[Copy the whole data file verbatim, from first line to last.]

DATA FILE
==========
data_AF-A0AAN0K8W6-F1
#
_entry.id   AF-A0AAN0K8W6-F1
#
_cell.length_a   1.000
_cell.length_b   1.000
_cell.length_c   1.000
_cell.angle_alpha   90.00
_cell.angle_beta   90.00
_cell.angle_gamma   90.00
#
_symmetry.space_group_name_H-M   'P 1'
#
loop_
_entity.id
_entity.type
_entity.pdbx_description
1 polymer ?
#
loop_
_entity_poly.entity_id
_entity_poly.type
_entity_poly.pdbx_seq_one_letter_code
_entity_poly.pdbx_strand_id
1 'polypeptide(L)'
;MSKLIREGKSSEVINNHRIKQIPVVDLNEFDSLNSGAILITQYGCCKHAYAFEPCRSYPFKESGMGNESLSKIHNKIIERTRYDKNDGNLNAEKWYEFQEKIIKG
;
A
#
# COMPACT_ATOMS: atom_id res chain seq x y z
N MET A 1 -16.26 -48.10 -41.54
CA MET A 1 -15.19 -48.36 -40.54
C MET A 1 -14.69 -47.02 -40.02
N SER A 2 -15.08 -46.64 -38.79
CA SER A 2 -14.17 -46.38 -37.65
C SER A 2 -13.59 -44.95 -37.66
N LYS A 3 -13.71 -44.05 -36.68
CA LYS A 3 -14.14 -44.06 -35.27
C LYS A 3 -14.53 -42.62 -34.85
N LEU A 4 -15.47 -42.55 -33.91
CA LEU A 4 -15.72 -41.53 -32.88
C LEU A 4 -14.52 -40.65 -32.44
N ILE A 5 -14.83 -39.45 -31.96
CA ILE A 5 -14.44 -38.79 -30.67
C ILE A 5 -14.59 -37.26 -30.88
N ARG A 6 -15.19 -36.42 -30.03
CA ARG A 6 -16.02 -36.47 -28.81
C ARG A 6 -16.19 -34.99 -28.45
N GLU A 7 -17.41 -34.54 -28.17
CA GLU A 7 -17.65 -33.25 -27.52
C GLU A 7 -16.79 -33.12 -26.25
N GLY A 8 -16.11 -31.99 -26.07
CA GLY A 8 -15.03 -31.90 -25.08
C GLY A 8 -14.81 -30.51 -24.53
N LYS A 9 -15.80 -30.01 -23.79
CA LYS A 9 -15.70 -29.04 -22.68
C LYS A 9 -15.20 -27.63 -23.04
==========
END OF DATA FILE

data_AF-A0AAN0K8W6-F1
#
_entry.id   AF-A0AAN0K8W6-F1
#
_cell.length_a   1.000
_cell.length_b   1.000
_cell.length_c   1.000
_cell.angle_alpha   90.00
_cell.angle_beta   90.00
_cell.angle_gamma   90.00
#
_symmetry.space_group_name_H-M   'P 1'
#
loop_
_entity.id
_entity.type
_entity.pdbx_description
1 polymer ?
#
loop_
_entity_poly.entity_id
_entity_poly.type
_entity_poly.pdbx_seq_one_letter_code
_entity_poly.pdbx_strand_id
1 'polypeptide(L)'
;MSKLIREGKSSEVINNHRIKQIPVVDLNEFDSLNSGAILITQYGCCKHAYAFEPCRSYPFKESGMGNESLSKIHNKIIERTRYDKNDGNLNAEKWYEFQEKIIKG
;
A
#
# COMPACT_ATOMS: atom_id res chain seq x y z
N MET A 1 -16.26 -48.10 -41.54
CA MET A 1 -15.19 -48.36 -40.54
C MET A 1 -14.69 -47.02 -40.02
N SER A 2 -15.08 -46.64 -38.79
CA SER A 2 -14.17 -46.38 -37.65
C SER A 2 -13.59 -44.95 -37.66
N LYS A 3 -13.71 -44.05 -36.68
CA LYS A 3 -14.14 -44.06 -35.27
C LYS A 3 -14.53 -42.62 -34.85
N LEU A 4 -15.47 -42.55 -33.91
CA LEU A 4 -15.72 -41.53 -32.88
C LEU A 4 -14.52 -40.65 -32.44
N ILE A 5 -14.83 -39.45 -31.96
CA ILE A 5 -14.44 -38.79 -30.67
C ILE A 5 -14.59 -37.26 -30.88
N ARG A 6 -15.19 -36.42 -30.03
CA ARG A 6 -16.02 -36.47 -28.81
C ARG A 6 -16.19 -34.99 -28.45
N GLU A 7 -17.41 -34.54 -28.17
CA GLU A 7 -17.65 -33.25 -27.52
C GLU A 7 -16.79 -33.12 -26.25
N GLY A 8 -16.11 -31.99 -26.07
CA GLY A 8 -15.03 -31.90 -25.08
C GLY A 8 -14.81 -30.51 -24.53
N LYS A 9 -15.80 -30.01 -23.79
CA LYS A 9 -15.70 -29.04 -22.68
C LYS A 9 -15.20 -27.63 -23.04